By the subway, not the sea: Dolphin found in New York City canal
NEW YORK (Reuters) - A distressed dolphin was found mired in a notoriously polluted New York City canal on Friday, police said, where it was being observed by biologists who warned it may not survive its visit to Brooklyn.
The animal, a common dolphin, appeared to be disoriented in the shallow waters of Brooklyn's Gowanus Canal and seemed to be struggling to avoid getting stuck in the canal's muddy floor, said Mendy Garron, a marine mammals response coordinator from the National Oceanic and Atmospheric Administration.
"When we see animals that come in, especially this far, and get into these situations they are typically very disoriented, and it's an indicator that they're either sick or injured," Garron said, adding that healthy common dolphins are rarely seen separated from their pod.
"They usually don't survive these types of stranding events," she said. The dolphin's sex and age were unknown, and reports that it may be wounded around its dorsal fin were unconfirmed, she said.
The police said officers were waiting onsite on biologists' advice to see if the dolphin might be able to swim back out to the harbor at high tide.
If the dolphin is still stuck in the canal on Saturday, biologists may decide to euthanize it with a chemical injection. If the dolphin dies, they will attempt to remove the carcass to take it to a laboratory for a necropsy, Garron said.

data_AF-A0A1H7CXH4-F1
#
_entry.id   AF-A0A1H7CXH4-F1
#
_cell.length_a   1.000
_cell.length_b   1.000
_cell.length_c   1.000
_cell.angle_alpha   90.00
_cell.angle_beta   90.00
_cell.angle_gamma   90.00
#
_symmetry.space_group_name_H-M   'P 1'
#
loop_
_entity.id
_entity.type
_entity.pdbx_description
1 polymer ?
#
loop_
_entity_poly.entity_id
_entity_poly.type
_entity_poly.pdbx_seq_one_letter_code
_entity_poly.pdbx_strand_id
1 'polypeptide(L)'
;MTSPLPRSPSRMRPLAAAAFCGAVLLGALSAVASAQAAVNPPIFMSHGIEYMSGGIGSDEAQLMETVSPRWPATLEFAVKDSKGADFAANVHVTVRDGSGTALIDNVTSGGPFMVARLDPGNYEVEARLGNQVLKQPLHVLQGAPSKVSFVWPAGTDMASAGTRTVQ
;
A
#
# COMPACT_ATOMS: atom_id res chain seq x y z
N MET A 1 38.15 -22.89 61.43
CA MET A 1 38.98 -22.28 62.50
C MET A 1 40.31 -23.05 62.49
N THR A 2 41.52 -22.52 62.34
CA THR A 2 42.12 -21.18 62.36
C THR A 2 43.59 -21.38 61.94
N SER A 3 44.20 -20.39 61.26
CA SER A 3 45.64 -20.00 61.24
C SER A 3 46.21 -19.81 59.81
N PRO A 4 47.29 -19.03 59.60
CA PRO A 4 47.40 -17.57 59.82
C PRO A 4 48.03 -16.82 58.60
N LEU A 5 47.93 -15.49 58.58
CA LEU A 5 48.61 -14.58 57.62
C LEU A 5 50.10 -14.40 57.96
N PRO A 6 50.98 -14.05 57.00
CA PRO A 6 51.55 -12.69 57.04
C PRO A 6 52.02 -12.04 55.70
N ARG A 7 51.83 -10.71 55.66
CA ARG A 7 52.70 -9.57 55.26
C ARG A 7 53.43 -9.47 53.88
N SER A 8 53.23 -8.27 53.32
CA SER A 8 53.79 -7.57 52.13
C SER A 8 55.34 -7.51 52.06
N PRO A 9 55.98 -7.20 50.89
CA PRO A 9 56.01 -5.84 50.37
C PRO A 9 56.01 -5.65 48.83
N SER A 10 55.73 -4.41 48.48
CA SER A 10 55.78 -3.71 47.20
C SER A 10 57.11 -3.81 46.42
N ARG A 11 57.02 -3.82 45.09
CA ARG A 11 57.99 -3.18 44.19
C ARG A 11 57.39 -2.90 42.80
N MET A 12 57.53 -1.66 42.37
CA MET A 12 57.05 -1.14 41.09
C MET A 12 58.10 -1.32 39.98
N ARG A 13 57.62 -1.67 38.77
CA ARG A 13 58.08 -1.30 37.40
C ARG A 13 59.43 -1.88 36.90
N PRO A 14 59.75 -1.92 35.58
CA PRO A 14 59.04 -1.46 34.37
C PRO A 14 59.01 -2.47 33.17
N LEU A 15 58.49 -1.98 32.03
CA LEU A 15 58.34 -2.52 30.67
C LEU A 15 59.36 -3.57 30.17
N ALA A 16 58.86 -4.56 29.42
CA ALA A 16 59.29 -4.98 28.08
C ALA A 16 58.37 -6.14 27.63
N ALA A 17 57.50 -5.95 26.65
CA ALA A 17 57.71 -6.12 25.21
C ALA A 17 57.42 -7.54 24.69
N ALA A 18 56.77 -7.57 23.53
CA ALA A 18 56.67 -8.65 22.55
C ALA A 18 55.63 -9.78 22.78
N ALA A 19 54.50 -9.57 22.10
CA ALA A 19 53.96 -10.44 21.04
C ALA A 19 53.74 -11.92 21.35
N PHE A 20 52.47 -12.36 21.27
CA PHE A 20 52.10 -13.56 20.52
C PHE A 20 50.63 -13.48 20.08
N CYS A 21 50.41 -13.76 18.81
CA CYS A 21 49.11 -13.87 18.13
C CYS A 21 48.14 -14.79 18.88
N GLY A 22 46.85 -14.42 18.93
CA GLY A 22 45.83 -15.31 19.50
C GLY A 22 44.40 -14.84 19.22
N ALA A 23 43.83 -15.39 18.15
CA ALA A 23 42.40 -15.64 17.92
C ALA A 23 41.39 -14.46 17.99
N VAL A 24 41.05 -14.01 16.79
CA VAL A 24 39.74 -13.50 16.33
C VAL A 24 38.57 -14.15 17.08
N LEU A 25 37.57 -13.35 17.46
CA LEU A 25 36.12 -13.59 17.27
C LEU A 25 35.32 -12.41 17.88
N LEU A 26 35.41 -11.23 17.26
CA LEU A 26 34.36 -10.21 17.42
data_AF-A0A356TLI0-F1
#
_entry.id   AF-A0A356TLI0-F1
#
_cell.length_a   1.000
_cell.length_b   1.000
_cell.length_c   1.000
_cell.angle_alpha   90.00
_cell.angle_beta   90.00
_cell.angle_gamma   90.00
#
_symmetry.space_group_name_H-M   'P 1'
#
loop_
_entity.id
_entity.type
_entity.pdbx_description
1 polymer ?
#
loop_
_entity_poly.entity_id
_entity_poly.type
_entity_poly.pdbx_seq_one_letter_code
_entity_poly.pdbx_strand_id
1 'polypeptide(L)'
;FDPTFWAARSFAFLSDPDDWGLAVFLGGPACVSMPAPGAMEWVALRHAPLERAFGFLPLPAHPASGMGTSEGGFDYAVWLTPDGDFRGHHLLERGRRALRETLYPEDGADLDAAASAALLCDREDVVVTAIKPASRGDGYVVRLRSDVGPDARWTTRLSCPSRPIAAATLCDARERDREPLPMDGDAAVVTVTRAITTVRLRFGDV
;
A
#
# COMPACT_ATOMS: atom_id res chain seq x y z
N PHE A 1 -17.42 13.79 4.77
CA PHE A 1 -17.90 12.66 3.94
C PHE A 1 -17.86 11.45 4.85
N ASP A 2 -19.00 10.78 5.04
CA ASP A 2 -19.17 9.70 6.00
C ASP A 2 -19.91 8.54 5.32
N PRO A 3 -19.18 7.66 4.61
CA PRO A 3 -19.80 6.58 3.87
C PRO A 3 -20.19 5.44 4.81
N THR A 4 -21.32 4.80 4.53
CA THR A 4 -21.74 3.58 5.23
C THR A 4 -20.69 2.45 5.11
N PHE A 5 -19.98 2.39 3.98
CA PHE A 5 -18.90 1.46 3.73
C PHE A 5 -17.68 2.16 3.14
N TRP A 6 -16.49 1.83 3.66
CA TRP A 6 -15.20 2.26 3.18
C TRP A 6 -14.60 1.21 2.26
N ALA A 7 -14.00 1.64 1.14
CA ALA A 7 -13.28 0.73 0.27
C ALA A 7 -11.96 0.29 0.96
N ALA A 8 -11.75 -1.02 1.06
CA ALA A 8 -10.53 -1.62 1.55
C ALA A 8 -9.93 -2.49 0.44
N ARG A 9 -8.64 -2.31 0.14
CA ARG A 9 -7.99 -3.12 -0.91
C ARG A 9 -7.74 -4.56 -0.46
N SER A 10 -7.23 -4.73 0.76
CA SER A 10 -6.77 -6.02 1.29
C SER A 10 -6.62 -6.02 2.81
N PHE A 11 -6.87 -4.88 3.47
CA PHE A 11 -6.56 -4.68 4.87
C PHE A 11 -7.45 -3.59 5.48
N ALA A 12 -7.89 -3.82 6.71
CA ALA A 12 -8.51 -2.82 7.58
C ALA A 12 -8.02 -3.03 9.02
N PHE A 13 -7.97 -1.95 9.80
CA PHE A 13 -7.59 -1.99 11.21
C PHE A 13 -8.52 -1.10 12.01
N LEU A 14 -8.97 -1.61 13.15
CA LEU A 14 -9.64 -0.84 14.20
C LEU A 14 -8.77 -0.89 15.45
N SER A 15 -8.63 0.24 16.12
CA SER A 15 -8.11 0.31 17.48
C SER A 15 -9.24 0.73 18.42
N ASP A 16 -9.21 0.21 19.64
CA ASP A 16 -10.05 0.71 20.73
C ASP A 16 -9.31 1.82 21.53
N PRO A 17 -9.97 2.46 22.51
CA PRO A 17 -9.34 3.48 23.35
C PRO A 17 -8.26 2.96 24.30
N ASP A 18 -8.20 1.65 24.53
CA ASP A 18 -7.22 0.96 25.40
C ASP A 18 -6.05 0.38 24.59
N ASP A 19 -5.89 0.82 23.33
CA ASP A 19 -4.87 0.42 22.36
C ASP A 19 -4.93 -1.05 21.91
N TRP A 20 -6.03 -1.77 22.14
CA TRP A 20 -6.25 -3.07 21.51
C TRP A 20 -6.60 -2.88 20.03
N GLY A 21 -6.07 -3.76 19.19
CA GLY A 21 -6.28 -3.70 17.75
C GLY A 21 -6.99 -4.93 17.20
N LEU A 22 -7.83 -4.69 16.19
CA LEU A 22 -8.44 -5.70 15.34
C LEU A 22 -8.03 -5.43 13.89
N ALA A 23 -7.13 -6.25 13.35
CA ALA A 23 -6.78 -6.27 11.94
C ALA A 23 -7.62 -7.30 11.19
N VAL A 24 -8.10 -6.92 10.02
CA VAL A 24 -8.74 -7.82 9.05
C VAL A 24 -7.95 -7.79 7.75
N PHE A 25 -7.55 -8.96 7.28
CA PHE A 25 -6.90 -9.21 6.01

Some New Yorkers who visited the dolphin on Friday took to the Internet to describe its plight.
"This is stupid and I'm sorry, but it does seem like dolphin is looking up at humans for help," Dave Bry, a writer who lives in New York, wrote on Twitter as he watched the scene from a bridge over the canal.
"Jeez. Could that be?"
The Environmental Protection Agency declared the Gowanus Canal a Superfund site in 2010, calling it one of the country's "most extensively contaminated water bodies," laced with heavy metals, coal tar wastes and other pollutants from the factories and tanneries that have lined its banks.
The EPA is still working on its plan to spend hundreds of millions of dollars of federal money to clean up the canal.
In late December, a finback whale died after beaching in the New York City borough of Queens.
(Editing by Barbara Goldberg and Leslie Adler)
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